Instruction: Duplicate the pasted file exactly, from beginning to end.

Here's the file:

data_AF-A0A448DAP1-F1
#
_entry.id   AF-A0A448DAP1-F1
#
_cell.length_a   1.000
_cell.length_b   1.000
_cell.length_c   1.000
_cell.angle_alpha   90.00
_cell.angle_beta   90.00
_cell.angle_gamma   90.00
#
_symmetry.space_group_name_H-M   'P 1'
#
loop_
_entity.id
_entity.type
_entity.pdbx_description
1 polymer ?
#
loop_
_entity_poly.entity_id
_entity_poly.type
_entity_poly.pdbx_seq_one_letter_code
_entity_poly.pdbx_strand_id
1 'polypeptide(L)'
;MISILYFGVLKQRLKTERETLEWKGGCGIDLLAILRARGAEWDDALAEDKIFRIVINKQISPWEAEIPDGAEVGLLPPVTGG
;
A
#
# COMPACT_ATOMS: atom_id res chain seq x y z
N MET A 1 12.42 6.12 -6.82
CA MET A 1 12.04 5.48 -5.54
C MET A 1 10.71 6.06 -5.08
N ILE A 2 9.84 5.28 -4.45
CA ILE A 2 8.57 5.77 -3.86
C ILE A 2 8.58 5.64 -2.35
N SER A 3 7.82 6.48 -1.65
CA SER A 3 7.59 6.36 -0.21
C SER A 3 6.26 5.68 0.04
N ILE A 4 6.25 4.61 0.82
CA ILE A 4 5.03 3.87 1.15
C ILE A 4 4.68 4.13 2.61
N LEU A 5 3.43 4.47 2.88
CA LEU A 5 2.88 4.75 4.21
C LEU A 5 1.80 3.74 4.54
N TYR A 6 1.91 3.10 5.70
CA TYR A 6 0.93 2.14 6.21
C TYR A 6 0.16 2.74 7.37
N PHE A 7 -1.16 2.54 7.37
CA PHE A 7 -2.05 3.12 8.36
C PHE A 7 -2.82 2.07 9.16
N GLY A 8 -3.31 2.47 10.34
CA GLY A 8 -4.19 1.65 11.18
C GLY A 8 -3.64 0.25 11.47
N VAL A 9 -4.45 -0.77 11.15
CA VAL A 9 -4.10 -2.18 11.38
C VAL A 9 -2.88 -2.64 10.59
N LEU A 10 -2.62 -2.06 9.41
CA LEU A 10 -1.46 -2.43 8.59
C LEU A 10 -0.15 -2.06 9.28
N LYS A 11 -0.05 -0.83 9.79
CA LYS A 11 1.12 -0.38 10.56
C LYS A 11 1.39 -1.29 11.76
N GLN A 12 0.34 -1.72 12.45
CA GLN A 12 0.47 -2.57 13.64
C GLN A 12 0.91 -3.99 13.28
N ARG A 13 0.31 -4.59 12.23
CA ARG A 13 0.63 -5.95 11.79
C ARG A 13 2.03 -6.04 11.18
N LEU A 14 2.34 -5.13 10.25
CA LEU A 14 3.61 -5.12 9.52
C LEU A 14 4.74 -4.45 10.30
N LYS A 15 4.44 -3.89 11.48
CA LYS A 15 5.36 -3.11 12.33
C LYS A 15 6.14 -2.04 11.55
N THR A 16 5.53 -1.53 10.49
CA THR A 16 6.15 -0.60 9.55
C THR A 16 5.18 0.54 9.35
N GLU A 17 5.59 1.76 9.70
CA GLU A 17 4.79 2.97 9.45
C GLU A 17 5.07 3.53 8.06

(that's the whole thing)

data_AF-A0A448DAP1-F1
#
_entry.id   AF-A0A448DAP1-F1
#
_cell.length_a   1.000
_cell.length_b   1.000
_cell.length_c   1.000
_cell.angle_alpha   90.00
_cell.angle_beta   90.00
_cell.angle_gamma   90.00
#
_symmetry.space_group_name_H-M   'P 1'
#
loop_
_entity.id
_entity.type
_entity.pdbx_description
1 polymer ?
#
loop_
_entity_poly.entity_id
_entity_poly.type
_entity_poly.pdbx_seq_one_letter_code
_entity_poly.pdbx_strand_id
1 'polypeptide(L)'
;MISILYFGVLKQRLKTERETLEWKGGCGIDLLAILRARGAEWDDALAEDKIFRIVINKQISPWEAEIPDGAEVGLLPPVTGG
;
A
#
# COMPACT_ATOMS: atom_id res chain seq x y z
N MET A 1 12.42 6.12 -6.82
CA MET A 1 12.04 5.48 -5.54
C MET A 1 10.71 6.06 -5.08
N ILE A 2 9.84 5.28 -4.45
CA ILE A 2 8.57 5.77 -3.86
C ILE A 2 8.58 5.64 -2.35
N SER A 3 7.82 6.48 -1.65
CA SER A 3 7.59 6.36 -0.21
C SER A 3 6.26 5.68 0.04
N ILE A 4 6.25 4.61 0.82
CA ILE A 4 5.03 3.87 1.15
C ILE A 4 4.68 4.13 2.61
N LEU A 5 3.43 4.47 2.88
CA LEU A 5 2.88 4.75 4.21
C LEU A 5 1.80 3.74 4.54
N TYR A 6 1.91 3.10 5.70
CA TYR A 6 0.93 2.14 6.21
C TYR A 6 0.16 2.74 7.37
N PHE A 7 -1.16 2.54 7.37
CA PHE A 7 -2.05 3.12 8.36
C PHE A 7 -2.82 2.07 9.16
N GLY A 8 -3.31 2.47 10.34
CA GLY A 8 -4.19 1.65 11.18
C GLY A 8 -3.64 0.25 11.47
N VAL A 9 -4.45 -0.77 11.15
CA VAL A 9 -4.10 -2.18 11.38
C VAL A 9 -2.88 -2.64 10.59
N LEU A 10 -2.62 -2.06 9.41
CA LEU A 10 -1.46 -2.43 8.59
C LEU A 10 -0.15 -2.06 9.28
N LYS A 11 -0.05 -0.83 9.79
CA LYS A 11 1.12 -0.38 10.56
C LYS A 11 1.39 -1.29 11.76
N GLN A 12 0.34 -1.72 12.45
CA GLN A 12 0.47 -2.57 13.64
C GLN A 12 0.91 -3.99 13.28
N ARG A 13 0.31 -4.59 12.23
CA ARG A 13 0.63 -5.95 11.79
C ARG A 13 2.03 -6.04 11.18
N LEU A 14 2.34 -5.13 10.25
CA LEU A 14 3.61 -5.12 9.52
C LEU A 14 4.74 -4.45 10.30
N LYS A 15 4.44 -3.89 11.48
CA LYS A 15 5.36 -3.11 12.33
C LYS A 15 6.14 -2.04 11.55
N THR A 16 5.53 -1.53 10.49
CA THR A 16 6.15 -0.60 9.55
C THR A 16 5.18 0.54 9.35
N GLU A 17 5.59 1.76 9.70
CA GLU A 17 4.79 2.97 9.45
C GLU A 17 5.07 3.53 8.06